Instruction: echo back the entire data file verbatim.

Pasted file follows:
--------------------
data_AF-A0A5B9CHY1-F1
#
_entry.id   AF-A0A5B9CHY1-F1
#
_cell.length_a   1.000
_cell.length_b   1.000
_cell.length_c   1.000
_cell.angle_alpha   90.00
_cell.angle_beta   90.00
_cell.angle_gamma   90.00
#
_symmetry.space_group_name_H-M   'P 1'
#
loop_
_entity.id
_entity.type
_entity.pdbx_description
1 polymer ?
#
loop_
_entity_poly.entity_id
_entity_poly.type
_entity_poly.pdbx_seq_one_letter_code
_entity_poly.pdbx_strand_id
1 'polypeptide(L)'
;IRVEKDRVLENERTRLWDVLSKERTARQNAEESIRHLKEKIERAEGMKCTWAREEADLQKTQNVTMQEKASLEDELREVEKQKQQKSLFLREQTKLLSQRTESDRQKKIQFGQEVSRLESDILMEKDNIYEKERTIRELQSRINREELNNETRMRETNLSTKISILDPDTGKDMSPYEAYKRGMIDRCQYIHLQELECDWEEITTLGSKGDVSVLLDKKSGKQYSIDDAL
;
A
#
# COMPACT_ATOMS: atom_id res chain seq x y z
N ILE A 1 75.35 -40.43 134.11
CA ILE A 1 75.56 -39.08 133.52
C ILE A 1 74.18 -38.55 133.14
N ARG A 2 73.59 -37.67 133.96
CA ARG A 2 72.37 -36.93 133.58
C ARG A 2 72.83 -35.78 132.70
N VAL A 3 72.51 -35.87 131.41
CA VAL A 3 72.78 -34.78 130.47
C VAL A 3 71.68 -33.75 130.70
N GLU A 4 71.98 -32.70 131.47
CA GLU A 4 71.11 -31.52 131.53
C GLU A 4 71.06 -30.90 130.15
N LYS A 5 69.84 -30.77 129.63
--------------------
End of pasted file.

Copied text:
data_AF-A0A5B9CHY1-F1
#
_entry.id   AF-A0A5B9CHY1-F1
#
_cell.length_a   1.000
_cell.length_b   1.000
_cell.length_c   1.000
_cell.angle_alpha   90.00
_cell.angle_beta   90.00
_cell.angle_gamma   90.00
#
_symmetry.space_group_name_H-M   'P 1'
#
loop_
_entity.id
_entity.type
_entity.pdbx_description
1 polymer ?
#
loop_
_entity_poly.entity_id
_entity_poly.type
_entity_poly.pdbx_seq_one_letter_code
_entity_poly.pdbx_strand_id
1 'polypeptide(L)'
;IRVEKDRVLENERTRLWDVLSKERTARQNAEESIRHLKEKIERAEGMKCTWAREEADLQKTQNVTMQEKASLEDELREVEKQKQQKSLFLREQTKLLSQRTESDRQKKIQFGQEVSRLESDILMEKDNIYEKERTIRELQSRINREELNNETRMRETNLSTKISILDPDTGKDMSPYEAYKRGMIDRCQYIHLQELECDWEEITTLGSKGDVSVLLDKKSGKQYSIDDAL
;
A
#
# COMPACT_ATOMS: atom_id res chain seq x y z
N ILE A 1 75.35 -40.43 134.11
CA ILE A 1 75.56 -39.08 133.52
C ILE A 1 74.18 -38.55 133.14
N ARG A 2 73.59 -37.67 133.96
CA ARG A 2 72.37 -36.93 133.58
C ARG A 2 72.83 -35.78 132.70
N VAL A 3 72.51 -35.87 131.41
CA VAL A 3 72.78 -34.78 130.47
C VAL A 3 71.68 -33.75 130.70
N GLU A 4 71.98 -32.70 131.47
CA GLU A 4 71.11 -31.52 131.53
C GLU A 4 71.06 -30.90 130.15
N LYS A 5 69.84 -30.77 129.63